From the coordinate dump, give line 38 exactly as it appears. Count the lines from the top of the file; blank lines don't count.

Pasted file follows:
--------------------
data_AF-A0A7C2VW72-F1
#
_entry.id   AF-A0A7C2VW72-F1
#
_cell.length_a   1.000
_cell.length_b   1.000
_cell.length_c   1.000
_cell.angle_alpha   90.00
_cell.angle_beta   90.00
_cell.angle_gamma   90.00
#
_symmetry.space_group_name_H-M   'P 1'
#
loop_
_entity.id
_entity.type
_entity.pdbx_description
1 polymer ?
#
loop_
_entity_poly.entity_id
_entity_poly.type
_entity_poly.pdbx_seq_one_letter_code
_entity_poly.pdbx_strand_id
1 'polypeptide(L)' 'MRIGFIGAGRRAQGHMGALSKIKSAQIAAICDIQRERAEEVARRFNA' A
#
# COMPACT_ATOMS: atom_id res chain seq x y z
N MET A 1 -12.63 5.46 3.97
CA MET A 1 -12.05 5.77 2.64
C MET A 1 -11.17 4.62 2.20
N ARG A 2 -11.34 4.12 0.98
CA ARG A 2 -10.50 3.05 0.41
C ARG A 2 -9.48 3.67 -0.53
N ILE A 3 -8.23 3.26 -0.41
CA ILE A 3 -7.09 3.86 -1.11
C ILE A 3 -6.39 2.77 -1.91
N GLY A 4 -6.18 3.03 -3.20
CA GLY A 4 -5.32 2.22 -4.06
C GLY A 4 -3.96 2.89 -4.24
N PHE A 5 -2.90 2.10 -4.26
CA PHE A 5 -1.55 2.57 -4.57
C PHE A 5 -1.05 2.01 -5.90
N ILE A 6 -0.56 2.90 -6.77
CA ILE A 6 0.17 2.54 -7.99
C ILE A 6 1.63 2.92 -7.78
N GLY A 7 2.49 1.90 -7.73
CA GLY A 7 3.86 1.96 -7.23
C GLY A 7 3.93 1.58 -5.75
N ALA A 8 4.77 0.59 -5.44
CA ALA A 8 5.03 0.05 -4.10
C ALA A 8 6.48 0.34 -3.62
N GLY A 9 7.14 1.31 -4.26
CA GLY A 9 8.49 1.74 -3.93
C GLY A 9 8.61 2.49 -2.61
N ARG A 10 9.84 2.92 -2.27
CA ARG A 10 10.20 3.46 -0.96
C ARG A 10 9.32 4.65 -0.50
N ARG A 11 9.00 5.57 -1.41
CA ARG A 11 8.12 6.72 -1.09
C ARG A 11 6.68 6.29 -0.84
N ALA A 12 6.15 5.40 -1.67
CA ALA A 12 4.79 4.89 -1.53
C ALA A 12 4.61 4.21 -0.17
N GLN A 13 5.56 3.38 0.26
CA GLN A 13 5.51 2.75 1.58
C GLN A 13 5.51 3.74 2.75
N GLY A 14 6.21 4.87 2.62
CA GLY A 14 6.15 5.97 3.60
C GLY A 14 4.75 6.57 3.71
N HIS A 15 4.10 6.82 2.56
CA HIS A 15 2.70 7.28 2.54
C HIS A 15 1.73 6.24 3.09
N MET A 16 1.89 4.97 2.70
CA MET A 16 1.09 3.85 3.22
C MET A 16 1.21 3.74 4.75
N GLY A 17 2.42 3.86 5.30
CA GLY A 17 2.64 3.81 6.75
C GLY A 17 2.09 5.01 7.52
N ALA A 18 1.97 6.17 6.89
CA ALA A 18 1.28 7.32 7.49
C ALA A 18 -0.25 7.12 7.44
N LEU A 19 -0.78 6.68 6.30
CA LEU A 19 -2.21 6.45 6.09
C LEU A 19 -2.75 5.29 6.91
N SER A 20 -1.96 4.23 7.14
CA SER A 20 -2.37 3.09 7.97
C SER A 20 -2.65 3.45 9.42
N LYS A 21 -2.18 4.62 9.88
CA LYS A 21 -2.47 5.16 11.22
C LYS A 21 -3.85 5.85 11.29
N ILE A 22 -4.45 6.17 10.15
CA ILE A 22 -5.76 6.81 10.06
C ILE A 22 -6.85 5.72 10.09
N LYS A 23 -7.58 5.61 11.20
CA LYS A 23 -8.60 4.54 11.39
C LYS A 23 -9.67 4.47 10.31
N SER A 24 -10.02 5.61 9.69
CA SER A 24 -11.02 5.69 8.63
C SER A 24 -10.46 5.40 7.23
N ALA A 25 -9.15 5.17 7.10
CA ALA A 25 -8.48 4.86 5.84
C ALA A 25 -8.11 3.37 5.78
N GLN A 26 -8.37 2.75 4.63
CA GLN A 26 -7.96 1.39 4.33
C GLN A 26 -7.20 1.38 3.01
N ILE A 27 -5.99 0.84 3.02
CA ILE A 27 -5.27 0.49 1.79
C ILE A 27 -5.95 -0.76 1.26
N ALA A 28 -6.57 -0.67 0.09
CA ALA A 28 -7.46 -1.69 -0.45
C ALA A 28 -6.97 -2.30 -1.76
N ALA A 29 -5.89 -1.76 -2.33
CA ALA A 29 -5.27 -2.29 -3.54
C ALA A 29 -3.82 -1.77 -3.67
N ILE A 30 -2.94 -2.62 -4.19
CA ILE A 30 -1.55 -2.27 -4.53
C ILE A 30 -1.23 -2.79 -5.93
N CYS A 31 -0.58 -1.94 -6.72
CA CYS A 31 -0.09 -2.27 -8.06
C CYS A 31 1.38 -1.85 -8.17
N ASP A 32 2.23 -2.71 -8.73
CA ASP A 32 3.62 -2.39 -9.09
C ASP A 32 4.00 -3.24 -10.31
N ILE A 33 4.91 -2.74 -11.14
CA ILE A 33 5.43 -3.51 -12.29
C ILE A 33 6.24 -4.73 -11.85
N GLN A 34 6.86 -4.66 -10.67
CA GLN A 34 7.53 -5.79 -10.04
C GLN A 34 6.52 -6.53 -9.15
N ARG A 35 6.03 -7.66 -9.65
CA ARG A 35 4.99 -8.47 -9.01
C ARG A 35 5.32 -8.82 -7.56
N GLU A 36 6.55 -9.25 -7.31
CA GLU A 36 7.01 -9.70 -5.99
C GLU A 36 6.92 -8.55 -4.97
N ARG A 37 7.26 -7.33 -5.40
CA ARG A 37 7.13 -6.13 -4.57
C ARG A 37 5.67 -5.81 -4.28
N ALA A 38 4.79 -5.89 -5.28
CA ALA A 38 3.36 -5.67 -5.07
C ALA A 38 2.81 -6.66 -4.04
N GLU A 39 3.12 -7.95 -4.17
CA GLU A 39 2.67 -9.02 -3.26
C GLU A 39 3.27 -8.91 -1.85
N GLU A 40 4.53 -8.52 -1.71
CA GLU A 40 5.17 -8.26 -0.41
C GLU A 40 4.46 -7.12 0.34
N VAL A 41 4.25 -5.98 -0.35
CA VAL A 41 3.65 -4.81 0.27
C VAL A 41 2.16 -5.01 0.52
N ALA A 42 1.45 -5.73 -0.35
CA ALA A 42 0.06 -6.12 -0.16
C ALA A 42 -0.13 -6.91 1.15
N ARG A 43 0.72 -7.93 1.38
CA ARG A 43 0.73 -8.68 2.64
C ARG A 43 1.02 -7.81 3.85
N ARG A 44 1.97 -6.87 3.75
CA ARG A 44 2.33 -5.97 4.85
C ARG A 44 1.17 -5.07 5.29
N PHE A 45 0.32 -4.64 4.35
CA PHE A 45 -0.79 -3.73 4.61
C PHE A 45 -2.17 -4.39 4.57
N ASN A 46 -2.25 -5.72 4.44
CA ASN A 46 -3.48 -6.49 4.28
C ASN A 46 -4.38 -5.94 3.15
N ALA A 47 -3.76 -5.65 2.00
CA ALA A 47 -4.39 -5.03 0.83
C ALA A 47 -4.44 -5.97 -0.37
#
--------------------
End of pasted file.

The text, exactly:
CA GLY A 4 -5.32 2.22 -4.06